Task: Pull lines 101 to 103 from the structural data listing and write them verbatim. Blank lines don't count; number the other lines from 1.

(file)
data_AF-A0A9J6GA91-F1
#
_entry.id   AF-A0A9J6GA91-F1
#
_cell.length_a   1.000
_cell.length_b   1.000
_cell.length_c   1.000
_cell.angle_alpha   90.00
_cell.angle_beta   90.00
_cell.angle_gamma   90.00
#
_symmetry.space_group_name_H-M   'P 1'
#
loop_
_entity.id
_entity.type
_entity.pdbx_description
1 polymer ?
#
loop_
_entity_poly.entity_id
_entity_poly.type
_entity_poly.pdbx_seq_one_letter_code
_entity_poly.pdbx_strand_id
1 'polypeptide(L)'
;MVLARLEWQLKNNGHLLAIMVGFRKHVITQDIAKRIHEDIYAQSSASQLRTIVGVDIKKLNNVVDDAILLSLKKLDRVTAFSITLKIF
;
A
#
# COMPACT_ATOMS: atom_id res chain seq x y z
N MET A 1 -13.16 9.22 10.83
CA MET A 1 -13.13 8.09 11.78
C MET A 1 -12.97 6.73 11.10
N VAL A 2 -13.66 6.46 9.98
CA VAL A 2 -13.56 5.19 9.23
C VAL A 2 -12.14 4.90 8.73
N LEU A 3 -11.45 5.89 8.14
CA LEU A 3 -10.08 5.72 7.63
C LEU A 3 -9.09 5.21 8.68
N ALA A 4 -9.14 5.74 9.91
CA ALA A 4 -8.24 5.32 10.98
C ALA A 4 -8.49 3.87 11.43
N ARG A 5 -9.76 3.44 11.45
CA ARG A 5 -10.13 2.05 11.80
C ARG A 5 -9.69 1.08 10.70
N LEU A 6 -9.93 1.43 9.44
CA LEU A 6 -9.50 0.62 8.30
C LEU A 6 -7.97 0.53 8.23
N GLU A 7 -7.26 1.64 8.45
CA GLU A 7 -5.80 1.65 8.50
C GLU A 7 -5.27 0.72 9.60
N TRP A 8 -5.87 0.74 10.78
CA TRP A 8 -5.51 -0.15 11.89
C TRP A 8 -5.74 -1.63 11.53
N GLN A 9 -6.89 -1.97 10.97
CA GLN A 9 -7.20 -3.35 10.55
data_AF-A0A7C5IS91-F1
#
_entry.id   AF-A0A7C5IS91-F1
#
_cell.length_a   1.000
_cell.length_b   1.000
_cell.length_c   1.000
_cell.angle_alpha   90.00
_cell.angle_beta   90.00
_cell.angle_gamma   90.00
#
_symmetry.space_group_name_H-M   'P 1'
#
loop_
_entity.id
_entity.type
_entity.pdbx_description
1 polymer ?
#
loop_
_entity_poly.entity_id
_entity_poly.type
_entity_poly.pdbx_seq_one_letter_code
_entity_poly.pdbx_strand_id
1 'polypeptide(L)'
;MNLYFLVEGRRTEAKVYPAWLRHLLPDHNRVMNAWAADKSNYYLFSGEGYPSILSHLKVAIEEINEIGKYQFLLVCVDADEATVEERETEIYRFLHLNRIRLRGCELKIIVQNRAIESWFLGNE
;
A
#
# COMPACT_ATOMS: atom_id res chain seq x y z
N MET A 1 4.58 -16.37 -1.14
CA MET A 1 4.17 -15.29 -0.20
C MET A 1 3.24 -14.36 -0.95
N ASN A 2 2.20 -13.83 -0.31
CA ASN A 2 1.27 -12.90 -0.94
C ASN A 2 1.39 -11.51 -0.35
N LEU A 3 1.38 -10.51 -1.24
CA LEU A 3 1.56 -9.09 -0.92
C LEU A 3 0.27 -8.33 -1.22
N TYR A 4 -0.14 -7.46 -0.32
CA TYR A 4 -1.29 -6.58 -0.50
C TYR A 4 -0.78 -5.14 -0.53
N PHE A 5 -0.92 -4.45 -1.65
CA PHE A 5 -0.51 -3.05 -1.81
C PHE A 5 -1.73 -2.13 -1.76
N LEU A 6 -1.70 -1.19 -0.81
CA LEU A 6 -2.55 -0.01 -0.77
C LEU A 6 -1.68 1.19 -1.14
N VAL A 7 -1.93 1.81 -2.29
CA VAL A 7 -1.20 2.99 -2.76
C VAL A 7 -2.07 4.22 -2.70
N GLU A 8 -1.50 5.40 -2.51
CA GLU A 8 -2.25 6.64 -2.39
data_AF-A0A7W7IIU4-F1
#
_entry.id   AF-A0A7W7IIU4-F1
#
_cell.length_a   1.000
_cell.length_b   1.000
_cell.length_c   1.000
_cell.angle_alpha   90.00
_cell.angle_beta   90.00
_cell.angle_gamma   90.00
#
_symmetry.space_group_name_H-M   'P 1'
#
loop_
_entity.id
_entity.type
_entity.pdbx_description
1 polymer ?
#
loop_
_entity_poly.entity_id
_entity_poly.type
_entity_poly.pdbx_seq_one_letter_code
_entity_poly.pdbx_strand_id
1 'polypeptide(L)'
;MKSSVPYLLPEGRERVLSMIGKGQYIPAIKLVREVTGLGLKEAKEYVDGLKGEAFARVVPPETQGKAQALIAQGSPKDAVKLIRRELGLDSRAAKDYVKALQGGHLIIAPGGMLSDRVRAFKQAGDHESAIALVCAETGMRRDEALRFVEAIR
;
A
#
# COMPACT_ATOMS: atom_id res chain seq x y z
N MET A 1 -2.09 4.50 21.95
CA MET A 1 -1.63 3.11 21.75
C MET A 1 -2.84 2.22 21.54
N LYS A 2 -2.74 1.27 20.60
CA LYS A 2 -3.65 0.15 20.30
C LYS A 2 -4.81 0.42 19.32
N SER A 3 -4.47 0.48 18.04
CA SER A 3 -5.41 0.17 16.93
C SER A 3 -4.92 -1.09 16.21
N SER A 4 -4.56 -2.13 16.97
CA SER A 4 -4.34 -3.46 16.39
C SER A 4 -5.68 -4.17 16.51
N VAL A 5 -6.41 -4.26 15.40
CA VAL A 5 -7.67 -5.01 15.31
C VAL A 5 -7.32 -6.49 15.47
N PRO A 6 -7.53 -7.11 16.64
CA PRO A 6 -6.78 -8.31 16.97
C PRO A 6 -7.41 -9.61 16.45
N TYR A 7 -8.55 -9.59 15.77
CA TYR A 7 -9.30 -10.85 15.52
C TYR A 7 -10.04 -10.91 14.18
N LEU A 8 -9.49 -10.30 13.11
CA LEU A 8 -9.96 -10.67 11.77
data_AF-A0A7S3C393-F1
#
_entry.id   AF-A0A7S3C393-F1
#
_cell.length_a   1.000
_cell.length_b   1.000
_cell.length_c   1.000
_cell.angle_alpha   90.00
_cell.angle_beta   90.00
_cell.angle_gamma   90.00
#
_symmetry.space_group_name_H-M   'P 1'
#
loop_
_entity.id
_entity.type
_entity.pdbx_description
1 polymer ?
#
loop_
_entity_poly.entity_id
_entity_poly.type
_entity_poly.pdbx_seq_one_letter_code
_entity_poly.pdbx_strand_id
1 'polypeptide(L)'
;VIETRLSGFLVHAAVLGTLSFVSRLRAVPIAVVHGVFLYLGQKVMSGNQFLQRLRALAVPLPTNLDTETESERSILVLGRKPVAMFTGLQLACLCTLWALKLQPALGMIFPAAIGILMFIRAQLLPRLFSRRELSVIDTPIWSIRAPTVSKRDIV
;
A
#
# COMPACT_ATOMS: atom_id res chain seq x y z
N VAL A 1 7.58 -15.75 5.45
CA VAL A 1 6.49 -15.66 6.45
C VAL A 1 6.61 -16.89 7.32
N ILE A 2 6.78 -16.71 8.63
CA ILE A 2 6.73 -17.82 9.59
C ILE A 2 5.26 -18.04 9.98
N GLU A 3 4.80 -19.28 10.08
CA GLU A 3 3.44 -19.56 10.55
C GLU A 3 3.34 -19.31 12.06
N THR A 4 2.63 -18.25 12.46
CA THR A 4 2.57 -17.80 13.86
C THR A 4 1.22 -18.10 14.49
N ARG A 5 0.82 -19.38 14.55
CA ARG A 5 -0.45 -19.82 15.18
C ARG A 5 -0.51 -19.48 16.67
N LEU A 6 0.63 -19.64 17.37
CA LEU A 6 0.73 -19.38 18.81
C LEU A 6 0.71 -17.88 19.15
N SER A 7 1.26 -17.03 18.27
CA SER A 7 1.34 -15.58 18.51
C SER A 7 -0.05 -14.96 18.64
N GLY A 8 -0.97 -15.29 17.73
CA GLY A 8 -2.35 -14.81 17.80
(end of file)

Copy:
C PHE A 5 -1.73 -2.13 -1.76
N LEU A 6 -1.70 -1.19 -0.81
CA LEU A 6 -2.55 -0.01 -0.77